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The Filming of ‘Jaws’ Almost Ended in Real-Life Tragedy

Photo Credit: Universal Studios / movienutt via MovieStillsDB
Photo Credit: Universal Studios / movienutt via MovieStillsDB

When Jaws first hit the big screen in 1975, audiences were terrified and thrilled to see the ocean’s deadliest predator come to life, leaving countless victims in its wake. But for Susan Backlinie, the stuntwoman who played Jaw’s first victim Chrissie Watkins, filming the death scene almost resulted in the same fate as her character’s – trapped in the mouth of a giant shark.

The first summer blockbuster

Set on Amity Island, Jaws takes place in a small community whose main business is its beaches. When Sheriff Martin Brody discovers the body of a shark attack victim, he tries to raise the alarm and evacuate the crowded beaches, but the local mayor convinces Brody to keep things open.

Soon, more victims are dragged underwater by a massive shark, prompting an angry mob of fishermen and amateur hunters to attempt to catch the monster. Brody joins a fisherman and an oceanographer on the quest to catch the killer shark.

Hooper and Quint try to catch the giant shark in 'Jaws'
Hooper (Richard Dreyfuss) and Quint (Robert Shaw) look over the stern of the Orca as ‘Jaws’ approaches. (Photo Credit: Universal Studios / yodasimpson via MovieStillsDB)

Jaws was an overnight sensation. Over 67 million people went to see it in theaters in the United States alone, making it the first-ever summer blockbuster. The film snagged three Oscars at the 1975 Academy Awards and has since been followed by three sequels.

Chrissie Watkins (Susan Backlinie) cries out for help in the water
Chrissie Watkins (Susan Backlinie) is the first shark attack victim in Jaws. (Photo Credit: Universal Studios / movienutt via MovieStillsDB)

The film’s success likely wouldn’t have happened if it weren’t for Steven Spielberg, who was actually not the original director. The first director, Dick Richards, was fired from the project after calling the shark a “whale” in a meeting. The producers were enraged that Richards didn’t know the difference between a whale and a shark, and brought Spielberg on in his place.


Filming a realistic-looking shark attack in the 1970s was far from easy, and using any real animals was out of the question. In order to achieve the larger-than-life size of Jaws, a massive fake shark head (which was affectionately called Bruce on set) was made for filming.

Susan Backlinie as Chrissie gets into special effects shorts while filming 'Jaws'
Susan Backlinie strapped into the shorts used to create the drowning effects for the opening sequence of Jaws. (Photo Credit: Universal Studios / movienutt via MovieStillsDB)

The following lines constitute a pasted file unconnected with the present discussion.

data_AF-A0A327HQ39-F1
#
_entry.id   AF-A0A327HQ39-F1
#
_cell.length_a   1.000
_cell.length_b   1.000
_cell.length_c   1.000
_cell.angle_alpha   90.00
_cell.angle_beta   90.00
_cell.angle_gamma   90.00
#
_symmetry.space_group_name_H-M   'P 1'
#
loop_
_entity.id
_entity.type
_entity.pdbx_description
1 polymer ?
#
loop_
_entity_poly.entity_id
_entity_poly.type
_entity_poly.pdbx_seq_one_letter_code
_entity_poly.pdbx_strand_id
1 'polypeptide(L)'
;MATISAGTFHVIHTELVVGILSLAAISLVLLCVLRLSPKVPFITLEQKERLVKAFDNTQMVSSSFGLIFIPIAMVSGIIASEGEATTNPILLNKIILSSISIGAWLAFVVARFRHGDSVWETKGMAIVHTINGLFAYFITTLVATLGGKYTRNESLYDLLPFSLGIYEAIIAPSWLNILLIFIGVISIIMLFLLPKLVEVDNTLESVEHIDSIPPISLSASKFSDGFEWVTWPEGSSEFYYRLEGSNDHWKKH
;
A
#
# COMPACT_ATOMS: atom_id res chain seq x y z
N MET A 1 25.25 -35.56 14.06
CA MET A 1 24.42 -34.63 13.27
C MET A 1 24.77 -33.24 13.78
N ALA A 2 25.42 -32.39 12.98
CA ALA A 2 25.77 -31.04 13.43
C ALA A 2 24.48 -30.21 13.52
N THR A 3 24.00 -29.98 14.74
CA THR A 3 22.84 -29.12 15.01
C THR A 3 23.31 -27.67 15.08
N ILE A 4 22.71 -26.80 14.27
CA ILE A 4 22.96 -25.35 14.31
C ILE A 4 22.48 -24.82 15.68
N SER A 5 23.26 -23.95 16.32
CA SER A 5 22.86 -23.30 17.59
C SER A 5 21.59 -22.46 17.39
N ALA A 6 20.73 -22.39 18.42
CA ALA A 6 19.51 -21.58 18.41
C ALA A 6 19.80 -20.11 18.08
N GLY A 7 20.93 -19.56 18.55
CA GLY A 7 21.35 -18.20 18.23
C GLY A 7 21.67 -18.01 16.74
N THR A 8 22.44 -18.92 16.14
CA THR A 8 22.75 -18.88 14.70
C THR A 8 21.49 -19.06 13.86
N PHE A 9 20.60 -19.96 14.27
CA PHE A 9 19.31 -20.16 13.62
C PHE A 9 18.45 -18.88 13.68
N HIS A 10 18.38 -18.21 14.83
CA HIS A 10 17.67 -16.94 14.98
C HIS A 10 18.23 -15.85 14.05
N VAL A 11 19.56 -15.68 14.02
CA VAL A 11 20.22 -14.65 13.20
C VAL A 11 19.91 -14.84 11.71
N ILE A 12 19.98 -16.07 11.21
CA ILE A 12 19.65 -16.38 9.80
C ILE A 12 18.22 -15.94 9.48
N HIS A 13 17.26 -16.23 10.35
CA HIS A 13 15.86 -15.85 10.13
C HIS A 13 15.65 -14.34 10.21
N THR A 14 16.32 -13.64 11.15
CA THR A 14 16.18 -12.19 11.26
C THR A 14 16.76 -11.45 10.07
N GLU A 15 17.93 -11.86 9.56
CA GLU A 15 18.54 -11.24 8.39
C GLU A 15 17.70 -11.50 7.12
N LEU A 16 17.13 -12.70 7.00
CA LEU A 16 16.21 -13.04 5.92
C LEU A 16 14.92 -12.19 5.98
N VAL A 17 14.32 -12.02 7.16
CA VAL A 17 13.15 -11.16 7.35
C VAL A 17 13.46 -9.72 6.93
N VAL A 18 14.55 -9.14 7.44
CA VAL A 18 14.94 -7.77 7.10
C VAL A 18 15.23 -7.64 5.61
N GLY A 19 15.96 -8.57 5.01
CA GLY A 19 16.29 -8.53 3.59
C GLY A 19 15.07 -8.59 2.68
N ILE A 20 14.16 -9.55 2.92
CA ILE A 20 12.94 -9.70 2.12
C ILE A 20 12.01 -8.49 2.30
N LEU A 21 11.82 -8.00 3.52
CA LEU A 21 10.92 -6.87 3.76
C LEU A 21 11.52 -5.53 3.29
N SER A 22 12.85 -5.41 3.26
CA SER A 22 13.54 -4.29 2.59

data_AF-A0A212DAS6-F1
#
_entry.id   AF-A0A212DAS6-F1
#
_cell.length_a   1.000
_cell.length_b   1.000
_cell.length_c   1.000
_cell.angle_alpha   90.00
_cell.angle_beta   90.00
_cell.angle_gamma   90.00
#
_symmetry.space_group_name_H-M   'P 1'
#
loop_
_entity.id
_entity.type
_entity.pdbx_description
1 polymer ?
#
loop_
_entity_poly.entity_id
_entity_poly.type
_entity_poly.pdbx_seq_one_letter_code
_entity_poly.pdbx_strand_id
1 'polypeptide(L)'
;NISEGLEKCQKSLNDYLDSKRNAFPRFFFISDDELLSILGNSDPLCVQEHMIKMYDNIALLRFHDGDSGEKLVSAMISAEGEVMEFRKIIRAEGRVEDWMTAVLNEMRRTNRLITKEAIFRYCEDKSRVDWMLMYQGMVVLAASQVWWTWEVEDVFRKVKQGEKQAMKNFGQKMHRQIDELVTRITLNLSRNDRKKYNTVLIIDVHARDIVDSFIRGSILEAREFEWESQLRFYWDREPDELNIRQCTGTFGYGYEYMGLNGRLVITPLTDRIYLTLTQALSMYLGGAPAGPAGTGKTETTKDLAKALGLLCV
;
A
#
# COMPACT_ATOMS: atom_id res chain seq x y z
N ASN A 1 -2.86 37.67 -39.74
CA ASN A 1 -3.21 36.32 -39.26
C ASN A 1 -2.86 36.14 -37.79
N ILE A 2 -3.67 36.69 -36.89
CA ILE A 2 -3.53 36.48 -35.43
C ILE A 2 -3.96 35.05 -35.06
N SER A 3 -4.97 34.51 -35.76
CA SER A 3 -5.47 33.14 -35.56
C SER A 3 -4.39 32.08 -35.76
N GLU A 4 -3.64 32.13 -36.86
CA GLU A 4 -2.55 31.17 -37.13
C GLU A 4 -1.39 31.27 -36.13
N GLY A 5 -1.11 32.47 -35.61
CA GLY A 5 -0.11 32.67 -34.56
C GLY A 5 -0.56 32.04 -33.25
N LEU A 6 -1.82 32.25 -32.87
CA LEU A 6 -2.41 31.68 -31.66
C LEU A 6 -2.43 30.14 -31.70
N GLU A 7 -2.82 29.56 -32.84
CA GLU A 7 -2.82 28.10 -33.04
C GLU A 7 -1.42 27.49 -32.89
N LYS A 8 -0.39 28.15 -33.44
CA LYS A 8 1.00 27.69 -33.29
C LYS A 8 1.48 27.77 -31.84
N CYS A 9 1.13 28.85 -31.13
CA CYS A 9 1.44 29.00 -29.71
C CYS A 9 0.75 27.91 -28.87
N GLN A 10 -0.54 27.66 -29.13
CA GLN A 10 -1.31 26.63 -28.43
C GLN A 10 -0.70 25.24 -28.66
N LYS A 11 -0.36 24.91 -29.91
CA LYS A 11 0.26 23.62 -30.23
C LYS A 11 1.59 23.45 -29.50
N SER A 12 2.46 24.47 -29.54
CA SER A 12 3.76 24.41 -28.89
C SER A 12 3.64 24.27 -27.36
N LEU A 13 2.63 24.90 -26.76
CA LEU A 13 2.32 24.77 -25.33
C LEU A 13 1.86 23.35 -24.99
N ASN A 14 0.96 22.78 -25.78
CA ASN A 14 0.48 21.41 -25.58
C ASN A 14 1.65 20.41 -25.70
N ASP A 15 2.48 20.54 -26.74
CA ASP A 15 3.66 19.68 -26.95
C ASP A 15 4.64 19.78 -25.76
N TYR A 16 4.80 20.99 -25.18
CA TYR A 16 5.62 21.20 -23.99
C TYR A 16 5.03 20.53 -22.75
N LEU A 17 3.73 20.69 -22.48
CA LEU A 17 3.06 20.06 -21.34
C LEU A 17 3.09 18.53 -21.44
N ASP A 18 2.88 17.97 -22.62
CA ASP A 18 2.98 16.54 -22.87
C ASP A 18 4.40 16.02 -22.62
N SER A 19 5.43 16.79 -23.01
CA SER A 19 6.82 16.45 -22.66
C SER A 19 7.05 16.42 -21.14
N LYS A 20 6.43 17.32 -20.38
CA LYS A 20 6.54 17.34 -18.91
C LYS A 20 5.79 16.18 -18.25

In the film, teenage character Chrissie Watkins decides to go skinny dipping with her boyfriend. The attack scene ended up being a little too close to the real thing for stuntwoman Susan Backlinie.

Backlinie was wearing jean shorts with a built-in harness attached to underwater cables that would keep her from floating around. To create the effect of being dragged around by a shark, the cables would be pulled from side to side on the beach. What she didn’t know was that another cable, attached to the ocean floor, would drag her underwater unexpectedly to capture her genuine reaction to drowning.

At a fan convention, Backlinie revealed she got the part in Jaws by submitting a nude picture of herself – but she didn’t expect to appear naked in the film.

Susan Backlinie at an event in 2017.
Susan Backlinie attends Chiller Theatre Expo Spring 2017 in New Jersey. (Photo Credit: Bobby Bank / Getty Images)

More from us: The Jersey Shore Shark Attacks: ‘Twelve Days of Terror’ That Inspired ‘Jaws’

Today, 75-year-old Backlinie is in deep water with the law. In 2020, she was arrested on battery charges and is set to appear in court in November 2022. She was also charged with driving under the influence in 2019 after she crashed into a car in her Ventura California neighborhood. She currently lives on a houseboat that reportedly looks quite similar to the ORCA, Brody’s fishing boat used to catch the monster shark in the film.

Elisabeth Edwards

Elisabeth Edwards is a public historian and history content writer. After completing her Master’s in Public History at Western University in Ontario, Canada Elisabeth has shared her passion for history as a researcher, interpreter, and volunteer at local heritage organizations.

She also helps make history fun and accessible with her podcast The Digital Dust Podcast, which covers topics on everything from art history to grad school.

In her spare time, you can find her camping, hiking, and exploring new places. Elisabeth is especially thrilled to share a love of history with readers who enjoy learning something new every day!

The Digital Dust Podcast